NEW research into the effects of aggressive treatment for heart attack patients has stunned even the researchers. It turns out that with vigorous treatment, the percentage of patients who die in the hospital or who later develop heart failure can be cut dramatically. The lesson to be learned should be obvious.
A six-year study of 45,000 patients in 14 countries in the Americas, Europe, and Australia and New Zealand was the largest of its kind. It found that the use of cholesterol-lowering drugs, powerful blood thinners, and angioplasty meant patients were less likely to have another heart attack within six months.
Major heart attack patients showed even better results toward the end of the study, which concluded in 2005. It's believed they fared better because their treatment was improved. The study's primary author, Dr. Keith Fox, a cardiology professor at the University of Edinburgh, said the findings were "much more dramatic than we expected." At the end of the study, they also found that just half as many heart attack patients died in hospitals, that half the number of patients were experiencing heart failure, and that half as many had another heart attack - compared to 1999.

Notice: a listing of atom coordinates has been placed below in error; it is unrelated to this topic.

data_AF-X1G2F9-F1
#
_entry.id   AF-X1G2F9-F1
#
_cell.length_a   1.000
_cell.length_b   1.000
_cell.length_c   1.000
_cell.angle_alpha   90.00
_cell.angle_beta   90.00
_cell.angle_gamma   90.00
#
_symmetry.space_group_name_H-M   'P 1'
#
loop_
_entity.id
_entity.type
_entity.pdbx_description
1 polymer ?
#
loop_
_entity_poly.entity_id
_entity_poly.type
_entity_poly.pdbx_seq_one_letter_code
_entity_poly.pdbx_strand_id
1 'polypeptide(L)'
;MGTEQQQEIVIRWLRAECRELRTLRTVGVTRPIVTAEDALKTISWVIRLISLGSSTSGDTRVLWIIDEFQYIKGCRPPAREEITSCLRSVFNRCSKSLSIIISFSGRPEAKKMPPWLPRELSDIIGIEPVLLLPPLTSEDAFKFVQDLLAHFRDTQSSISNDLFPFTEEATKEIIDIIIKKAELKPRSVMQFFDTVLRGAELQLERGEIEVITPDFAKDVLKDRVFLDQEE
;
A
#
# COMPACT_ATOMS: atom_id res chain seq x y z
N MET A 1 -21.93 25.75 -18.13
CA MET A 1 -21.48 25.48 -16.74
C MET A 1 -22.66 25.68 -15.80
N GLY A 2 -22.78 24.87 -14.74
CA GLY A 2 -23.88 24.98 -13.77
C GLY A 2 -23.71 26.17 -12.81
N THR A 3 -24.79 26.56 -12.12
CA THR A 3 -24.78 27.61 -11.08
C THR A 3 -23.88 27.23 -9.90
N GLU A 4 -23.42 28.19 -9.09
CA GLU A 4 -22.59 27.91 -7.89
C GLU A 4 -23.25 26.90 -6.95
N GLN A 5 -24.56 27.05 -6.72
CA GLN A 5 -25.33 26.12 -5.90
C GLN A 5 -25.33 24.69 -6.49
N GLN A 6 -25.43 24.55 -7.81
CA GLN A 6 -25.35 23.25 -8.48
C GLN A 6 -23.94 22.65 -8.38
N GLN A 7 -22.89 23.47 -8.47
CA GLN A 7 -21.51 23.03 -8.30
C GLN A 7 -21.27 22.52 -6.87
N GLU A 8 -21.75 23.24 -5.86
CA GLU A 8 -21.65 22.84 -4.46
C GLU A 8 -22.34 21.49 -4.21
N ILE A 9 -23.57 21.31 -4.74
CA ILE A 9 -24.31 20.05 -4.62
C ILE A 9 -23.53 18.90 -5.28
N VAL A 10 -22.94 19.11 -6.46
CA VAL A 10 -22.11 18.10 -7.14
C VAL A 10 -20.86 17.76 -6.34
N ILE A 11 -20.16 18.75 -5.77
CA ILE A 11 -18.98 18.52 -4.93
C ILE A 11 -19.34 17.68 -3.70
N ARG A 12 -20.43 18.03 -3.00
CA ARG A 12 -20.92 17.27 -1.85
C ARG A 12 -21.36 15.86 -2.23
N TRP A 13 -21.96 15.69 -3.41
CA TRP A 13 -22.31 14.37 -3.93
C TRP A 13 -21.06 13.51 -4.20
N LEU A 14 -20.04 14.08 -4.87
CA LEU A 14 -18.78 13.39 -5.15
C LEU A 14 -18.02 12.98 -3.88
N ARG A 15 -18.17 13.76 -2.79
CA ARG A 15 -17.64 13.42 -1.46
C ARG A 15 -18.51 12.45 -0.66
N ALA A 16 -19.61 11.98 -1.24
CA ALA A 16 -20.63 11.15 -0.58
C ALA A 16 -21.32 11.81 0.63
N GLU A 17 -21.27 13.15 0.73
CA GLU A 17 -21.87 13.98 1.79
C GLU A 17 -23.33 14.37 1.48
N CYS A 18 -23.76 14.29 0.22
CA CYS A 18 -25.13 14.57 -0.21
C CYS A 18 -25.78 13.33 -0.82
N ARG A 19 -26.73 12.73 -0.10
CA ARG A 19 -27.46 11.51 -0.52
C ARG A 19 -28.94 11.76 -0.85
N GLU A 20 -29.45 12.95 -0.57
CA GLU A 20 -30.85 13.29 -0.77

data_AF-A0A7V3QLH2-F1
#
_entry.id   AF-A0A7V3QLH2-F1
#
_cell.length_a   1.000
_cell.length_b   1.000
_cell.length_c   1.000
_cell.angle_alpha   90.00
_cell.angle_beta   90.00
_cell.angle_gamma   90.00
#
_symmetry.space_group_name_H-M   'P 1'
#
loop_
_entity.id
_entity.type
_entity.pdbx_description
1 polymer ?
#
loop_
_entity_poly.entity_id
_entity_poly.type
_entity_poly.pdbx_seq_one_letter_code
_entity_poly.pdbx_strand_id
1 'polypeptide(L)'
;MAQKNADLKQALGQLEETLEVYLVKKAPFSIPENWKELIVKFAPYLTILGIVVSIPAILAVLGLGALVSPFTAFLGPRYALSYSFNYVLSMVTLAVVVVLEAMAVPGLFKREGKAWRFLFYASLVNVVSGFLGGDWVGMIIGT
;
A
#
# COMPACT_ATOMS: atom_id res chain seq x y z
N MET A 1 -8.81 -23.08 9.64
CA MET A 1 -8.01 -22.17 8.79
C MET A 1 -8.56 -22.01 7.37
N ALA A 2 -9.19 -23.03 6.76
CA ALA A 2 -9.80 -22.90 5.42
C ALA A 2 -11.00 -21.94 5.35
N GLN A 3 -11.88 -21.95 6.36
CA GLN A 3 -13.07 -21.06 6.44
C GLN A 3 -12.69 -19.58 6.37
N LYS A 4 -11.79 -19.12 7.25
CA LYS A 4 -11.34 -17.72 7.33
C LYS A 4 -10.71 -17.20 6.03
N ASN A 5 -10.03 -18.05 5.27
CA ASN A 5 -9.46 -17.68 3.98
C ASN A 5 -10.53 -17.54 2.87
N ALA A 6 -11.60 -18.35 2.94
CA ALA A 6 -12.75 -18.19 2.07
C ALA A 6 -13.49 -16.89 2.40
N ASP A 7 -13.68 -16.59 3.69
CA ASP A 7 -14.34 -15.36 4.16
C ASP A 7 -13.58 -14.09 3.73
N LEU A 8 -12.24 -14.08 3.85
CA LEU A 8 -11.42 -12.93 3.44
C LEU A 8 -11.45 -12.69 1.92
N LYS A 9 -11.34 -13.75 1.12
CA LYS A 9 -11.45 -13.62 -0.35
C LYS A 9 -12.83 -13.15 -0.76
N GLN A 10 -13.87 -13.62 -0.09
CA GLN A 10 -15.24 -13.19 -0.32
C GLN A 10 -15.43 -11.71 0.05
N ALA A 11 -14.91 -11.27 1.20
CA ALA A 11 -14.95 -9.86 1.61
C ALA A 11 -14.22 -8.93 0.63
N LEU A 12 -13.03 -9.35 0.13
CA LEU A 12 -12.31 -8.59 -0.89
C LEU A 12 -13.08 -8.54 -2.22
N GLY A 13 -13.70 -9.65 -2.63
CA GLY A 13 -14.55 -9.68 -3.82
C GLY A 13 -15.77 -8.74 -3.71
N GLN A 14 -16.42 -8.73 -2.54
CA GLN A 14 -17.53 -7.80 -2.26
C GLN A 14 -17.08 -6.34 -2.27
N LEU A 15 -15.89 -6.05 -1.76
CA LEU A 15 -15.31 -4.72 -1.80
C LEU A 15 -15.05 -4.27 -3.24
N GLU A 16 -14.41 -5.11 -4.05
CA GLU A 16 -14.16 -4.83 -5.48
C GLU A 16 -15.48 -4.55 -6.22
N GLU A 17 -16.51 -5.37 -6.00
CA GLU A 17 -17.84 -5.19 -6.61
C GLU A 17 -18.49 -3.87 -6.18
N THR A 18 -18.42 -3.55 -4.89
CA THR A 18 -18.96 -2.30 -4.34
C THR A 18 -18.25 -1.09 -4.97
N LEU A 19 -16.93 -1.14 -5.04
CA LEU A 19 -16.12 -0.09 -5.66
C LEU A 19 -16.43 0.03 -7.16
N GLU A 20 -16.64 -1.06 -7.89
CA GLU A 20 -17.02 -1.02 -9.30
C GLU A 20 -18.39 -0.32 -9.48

Obviously, this is encouraging, but it has taken a lot of pushing to get some doctors to aggressively treat heart attack patients. In 2001, the American Heart Association urged doctors to treat patients according to guidelines based on the most recent scientific findings. Two years ago, hospitals were docked 2 percent of Medicare reimbursements when they failed to report the percentage of patients getting treatment based on the guidelines.
What all this means is that patients suffering major heart attacks must be vigorously treated as soon as possible. It's regrettable when patients delay going to the hospital. But it's even more so when patients who can benefit from lifesaving treatments don't get them at all.